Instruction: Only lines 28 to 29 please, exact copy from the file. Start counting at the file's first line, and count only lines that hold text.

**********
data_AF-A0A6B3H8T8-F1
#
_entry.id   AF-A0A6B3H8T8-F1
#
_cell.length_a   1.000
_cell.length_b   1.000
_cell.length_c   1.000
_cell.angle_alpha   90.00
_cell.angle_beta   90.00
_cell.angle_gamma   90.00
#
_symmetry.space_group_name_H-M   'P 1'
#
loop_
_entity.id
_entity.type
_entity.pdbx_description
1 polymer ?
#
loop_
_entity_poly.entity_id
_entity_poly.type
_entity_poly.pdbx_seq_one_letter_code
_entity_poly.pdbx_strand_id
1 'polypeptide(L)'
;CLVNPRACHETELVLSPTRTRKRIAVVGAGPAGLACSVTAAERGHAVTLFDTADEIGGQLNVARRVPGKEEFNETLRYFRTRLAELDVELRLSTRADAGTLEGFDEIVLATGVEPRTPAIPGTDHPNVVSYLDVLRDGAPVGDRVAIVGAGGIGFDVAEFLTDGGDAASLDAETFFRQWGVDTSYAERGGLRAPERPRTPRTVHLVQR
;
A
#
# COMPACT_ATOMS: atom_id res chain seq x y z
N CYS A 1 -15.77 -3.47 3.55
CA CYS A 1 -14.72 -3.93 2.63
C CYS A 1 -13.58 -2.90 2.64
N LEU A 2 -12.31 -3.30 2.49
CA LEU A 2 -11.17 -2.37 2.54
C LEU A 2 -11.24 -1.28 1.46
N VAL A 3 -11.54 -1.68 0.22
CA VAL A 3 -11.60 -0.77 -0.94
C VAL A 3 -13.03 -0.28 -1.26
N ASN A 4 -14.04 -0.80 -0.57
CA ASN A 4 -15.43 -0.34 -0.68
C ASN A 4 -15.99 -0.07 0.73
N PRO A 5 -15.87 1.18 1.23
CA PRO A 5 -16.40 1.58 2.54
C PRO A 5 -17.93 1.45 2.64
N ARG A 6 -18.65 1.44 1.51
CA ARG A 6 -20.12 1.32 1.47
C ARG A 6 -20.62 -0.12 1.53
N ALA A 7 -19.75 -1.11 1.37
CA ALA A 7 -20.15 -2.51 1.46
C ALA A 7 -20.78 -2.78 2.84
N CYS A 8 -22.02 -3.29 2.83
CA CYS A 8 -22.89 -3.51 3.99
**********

A
#